United Airlines said it wants to bring back commercial supersonic air travel, which would mark a first since British Airways said it has an agreement to purchase 15 supersonic aircraft from startup Boom Supersonic.its Concorde service in 2003. United on Thursday
Boom, a Denver-based startup, said its Overture supersonic aircraft will be capable of flying between New York and London in 3 hours and 30 minutes, shaving three hours from the typical flight time. United has an option to buy an additional 35 aircraft from Boom, which has raised $240 million in venture capital to develop its plane.
United said the supersonic aircraft is expected to carry passengers by 2029. The Overture plane will be designed to run entirely on sustainable fuel and produce "net-zero" carbon emissions, according to the companies.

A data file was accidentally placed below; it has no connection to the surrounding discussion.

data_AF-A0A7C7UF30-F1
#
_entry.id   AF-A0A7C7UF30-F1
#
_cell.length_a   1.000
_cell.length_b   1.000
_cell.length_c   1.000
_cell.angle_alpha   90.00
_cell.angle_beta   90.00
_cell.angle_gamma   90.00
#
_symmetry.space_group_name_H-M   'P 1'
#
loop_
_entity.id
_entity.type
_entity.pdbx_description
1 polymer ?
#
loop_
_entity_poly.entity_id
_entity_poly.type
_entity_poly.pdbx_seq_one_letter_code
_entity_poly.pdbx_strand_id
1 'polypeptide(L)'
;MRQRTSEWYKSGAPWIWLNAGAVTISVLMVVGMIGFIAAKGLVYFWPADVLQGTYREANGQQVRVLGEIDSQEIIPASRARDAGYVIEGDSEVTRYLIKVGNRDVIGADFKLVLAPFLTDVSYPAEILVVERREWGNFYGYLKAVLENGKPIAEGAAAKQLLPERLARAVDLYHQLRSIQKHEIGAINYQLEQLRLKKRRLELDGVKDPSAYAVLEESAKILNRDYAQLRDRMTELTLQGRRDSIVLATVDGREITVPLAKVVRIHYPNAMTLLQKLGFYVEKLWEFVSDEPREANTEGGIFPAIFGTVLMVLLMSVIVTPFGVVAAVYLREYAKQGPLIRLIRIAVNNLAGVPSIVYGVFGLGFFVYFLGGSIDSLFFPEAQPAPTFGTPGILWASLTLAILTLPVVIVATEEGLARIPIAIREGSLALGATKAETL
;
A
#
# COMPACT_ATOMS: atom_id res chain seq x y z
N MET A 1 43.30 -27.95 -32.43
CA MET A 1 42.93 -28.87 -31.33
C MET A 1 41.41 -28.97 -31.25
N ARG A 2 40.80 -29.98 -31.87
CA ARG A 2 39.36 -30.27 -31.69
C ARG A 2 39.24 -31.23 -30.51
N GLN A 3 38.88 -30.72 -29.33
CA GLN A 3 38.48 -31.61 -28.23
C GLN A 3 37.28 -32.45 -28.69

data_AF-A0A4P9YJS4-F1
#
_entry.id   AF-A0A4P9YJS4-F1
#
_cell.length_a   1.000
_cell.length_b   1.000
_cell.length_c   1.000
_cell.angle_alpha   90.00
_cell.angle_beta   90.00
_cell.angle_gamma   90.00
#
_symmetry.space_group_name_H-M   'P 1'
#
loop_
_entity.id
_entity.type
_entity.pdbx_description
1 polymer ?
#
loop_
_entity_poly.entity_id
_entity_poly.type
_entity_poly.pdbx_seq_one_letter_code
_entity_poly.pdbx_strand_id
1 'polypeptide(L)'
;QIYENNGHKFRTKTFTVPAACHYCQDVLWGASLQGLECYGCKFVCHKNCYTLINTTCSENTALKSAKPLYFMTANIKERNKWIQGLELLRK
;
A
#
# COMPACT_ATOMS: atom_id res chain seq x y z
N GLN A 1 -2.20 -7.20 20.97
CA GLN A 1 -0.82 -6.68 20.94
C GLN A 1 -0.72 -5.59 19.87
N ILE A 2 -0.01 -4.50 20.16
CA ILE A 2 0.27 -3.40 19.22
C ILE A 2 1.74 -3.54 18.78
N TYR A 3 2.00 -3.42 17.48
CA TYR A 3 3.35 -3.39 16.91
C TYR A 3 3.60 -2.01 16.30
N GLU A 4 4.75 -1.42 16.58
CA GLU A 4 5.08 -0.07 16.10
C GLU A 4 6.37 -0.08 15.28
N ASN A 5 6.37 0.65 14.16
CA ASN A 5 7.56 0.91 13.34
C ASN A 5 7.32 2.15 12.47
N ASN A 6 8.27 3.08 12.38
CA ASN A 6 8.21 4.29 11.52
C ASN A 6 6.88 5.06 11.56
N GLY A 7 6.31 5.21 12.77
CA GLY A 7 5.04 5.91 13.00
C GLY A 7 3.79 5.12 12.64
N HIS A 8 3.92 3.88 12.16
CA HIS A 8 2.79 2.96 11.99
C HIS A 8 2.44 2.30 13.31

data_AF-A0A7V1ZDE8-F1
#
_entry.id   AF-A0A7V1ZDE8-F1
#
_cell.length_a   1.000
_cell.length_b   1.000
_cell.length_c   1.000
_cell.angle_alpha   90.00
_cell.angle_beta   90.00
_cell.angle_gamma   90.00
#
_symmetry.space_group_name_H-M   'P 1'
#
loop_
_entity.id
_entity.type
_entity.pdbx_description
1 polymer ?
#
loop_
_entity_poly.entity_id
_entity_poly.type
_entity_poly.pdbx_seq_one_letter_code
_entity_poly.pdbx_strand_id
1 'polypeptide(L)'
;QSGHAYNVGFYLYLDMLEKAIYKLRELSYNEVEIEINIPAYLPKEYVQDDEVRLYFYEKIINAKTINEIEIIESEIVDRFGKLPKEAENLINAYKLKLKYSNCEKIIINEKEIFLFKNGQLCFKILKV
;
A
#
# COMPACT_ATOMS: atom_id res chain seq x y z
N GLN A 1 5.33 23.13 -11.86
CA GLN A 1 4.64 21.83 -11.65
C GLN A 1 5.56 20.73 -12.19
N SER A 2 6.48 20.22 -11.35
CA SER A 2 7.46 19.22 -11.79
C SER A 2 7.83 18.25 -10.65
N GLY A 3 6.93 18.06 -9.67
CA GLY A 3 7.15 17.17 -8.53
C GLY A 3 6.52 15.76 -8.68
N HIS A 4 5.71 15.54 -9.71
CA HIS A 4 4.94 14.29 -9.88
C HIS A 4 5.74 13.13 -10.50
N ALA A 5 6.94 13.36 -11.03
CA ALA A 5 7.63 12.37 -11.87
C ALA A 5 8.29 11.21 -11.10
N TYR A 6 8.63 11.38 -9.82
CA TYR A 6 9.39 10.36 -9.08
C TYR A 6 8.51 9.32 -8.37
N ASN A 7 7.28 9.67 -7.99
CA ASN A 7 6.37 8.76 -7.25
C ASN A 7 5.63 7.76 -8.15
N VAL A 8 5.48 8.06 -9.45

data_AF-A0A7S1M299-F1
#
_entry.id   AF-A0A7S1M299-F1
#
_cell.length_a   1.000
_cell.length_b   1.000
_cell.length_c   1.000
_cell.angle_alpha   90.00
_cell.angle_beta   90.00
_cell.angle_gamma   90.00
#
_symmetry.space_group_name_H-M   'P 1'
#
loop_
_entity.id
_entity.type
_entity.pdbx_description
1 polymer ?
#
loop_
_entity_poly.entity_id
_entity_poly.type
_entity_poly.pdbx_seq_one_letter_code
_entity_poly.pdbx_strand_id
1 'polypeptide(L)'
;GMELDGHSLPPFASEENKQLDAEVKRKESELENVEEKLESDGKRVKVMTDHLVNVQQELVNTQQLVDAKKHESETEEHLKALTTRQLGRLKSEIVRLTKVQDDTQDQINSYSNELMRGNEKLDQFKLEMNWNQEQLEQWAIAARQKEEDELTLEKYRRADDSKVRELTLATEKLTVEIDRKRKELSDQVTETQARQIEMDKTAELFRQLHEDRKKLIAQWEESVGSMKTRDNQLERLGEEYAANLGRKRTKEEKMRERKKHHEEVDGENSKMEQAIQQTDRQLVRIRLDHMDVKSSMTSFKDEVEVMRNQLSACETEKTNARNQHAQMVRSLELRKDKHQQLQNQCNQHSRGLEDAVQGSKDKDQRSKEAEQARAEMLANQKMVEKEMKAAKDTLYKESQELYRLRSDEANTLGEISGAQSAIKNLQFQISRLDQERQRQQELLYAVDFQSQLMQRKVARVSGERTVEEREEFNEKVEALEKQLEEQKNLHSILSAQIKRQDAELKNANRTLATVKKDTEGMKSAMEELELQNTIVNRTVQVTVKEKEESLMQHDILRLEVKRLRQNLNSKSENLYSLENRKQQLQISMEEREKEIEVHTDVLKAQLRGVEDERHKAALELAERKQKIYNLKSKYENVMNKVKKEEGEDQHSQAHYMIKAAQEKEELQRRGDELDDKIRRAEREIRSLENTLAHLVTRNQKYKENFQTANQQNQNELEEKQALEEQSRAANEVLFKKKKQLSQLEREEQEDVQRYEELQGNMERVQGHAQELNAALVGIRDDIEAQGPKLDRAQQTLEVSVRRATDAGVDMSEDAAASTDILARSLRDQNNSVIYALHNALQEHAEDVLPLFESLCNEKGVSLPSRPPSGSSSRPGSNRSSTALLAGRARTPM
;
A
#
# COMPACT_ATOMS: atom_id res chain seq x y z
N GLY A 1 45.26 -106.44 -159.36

The push into supersonic flight comes as United and other airlines seek to rebound from the impact of the pandemic, which shuttered global travel more than a year ago.
"Boom's vision for the future of commercial aviation, combined with the industry's most robust route network in the world, will give business and leisure travelers access to a stellar flight experience," United CEO Scott Kirby said in a statement.
The Concorde, once a byword for sophisticated and pricey transatlantic travel, was retired 18 years ago amid declining passenger revenue and higher maintenance costs for the aging aircraft. Questions over the safety of the pioneering plane also arose after an Air France Concorde jet crashed just outside of Paris-Charles de Gaulle Airport,.
United didn't disclose how much it plans to charge for a supersonic flight, but it's likely to be geared to wealthy travelers. The carrier said the Overture planes will include "in-seat entertainment screens, ample personal space and contactless technology." Boom's website touts the plane's all-business-class seating with "an environment curated for comfort."